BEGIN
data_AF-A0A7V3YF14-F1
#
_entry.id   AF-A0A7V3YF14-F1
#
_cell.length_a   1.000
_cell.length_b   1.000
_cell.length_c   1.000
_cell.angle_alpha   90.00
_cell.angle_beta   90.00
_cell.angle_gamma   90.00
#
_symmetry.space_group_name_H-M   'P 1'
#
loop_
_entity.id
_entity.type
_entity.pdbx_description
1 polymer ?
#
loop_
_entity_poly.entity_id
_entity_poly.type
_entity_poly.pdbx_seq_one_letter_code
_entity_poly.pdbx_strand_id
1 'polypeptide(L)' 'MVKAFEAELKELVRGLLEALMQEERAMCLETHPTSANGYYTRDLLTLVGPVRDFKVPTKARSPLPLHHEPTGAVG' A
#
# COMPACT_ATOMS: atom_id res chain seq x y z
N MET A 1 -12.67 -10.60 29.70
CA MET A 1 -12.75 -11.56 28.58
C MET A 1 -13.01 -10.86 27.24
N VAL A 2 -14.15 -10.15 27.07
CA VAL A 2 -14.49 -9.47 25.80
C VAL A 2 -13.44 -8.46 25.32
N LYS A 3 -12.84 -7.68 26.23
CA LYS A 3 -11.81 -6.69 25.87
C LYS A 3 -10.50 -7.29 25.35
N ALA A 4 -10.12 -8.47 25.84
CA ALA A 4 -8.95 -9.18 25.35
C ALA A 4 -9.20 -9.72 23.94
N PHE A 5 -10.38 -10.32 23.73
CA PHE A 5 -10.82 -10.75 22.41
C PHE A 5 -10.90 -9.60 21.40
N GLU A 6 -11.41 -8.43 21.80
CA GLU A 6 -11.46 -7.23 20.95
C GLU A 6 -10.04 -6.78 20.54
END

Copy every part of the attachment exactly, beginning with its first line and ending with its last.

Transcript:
data_AF-A0A7V3YF14-F1
#
_entry.id   AF-A0A7V3YF14-F1
#
_cell.length_a   1.000
_cell.length_b   1.000
_cell.length_c   1.000
_cell.angle_alpha   90.00
_cell.angle_beta   90.00
_cell.angle_gamma   90.00
#
_symmetry.space_group_name_H-M   'P 1'
#
loop_
_entity.id
_entity.type
_entity.pdbx_description
1 polymer ?
#
loop_
_entity_poly.entity_id
_entity_poly.type
_entity_poly.pdbx_seq_one_letter_code
_entity_poly.pdbx_strand_id
1 'polypeptide(L)' 'MVKAFEAELKELVRGLLEALMQEERAMCLETHPTSANGYYTRDLLTLVGPVRDFKVPTKARSPLPLHHEPTGAVG' A
#
# COMPACT_ATOMS: atom_id res chain seq x y z
N MET A 1 -12.67 -10.60 29.70
CA MET A 1 -12.75 -11.56 28.58
C MET A 1 -13.01 -10.86 27.24
N VAL A 2 -14.15 -10.15 27.07
CA VAL A 2 -14.49 -9.47 25.80
C VAL A 2 -13.44 -8.46 25.32
N LYS A 3 -12.84 -7.68 26.23
CA LYS A 3 -11.81 -6.69 25.87
C LYS A 3 -10.50 -7.29 25.35
N ALA A 4 -10.12 -8.47 25.84
CA ALA A 4 -8.95 -9.18 25.35
C ALA A 4 -9.20 -9.72 23.94
N PHE A 5 -10.38 -10.32 23.73
CA PHE A 5 -10.82 -10.75 22.41
C PHE A 5 -10.90 -9.60 21.40
N GLU A 6 -11.41 -8.43 21.80
CA GLU A 6 -11.46 -7.23 20.95
C GLU A 6 -10.04 -6.78 20.54